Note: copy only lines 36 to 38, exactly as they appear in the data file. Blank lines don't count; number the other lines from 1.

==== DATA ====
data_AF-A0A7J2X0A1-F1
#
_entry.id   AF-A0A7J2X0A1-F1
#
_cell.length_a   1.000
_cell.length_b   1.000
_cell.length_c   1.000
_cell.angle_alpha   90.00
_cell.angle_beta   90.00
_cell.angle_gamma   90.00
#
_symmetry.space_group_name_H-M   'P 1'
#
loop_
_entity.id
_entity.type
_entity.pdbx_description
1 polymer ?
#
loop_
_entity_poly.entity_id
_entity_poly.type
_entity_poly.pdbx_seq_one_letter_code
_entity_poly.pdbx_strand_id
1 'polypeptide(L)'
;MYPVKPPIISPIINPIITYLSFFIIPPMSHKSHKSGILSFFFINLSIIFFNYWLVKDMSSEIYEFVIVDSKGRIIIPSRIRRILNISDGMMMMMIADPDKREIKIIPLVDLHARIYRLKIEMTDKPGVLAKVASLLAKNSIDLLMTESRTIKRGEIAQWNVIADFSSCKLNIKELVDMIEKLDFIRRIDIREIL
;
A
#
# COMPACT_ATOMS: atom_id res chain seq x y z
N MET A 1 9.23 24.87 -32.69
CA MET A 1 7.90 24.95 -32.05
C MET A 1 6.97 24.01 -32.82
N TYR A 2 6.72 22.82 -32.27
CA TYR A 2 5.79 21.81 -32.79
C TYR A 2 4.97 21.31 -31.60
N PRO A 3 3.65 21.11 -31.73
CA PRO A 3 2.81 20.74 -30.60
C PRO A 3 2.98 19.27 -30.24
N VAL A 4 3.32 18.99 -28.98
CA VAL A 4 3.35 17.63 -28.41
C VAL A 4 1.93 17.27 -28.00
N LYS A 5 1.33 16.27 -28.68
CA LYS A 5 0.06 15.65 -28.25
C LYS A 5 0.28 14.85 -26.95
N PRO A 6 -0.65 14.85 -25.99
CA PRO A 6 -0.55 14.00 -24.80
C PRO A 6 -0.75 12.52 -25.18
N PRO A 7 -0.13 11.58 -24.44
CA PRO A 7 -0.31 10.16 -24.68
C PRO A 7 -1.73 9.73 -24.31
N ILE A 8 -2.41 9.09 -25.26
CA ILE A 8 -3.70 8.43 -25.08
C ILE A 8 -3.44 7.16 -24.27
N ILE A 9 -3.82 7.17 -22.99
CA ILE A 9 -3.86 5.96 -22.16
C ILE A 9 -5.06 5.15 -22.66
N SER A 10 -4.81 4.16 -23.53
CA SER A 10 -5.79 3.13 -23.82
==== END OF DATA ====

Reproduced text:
C TYR A 2 4.97 21.31 -31.60
N PRO A 3 3.65 21.11 -31.73
CA PRO A 3 2.81 20.74 -30.60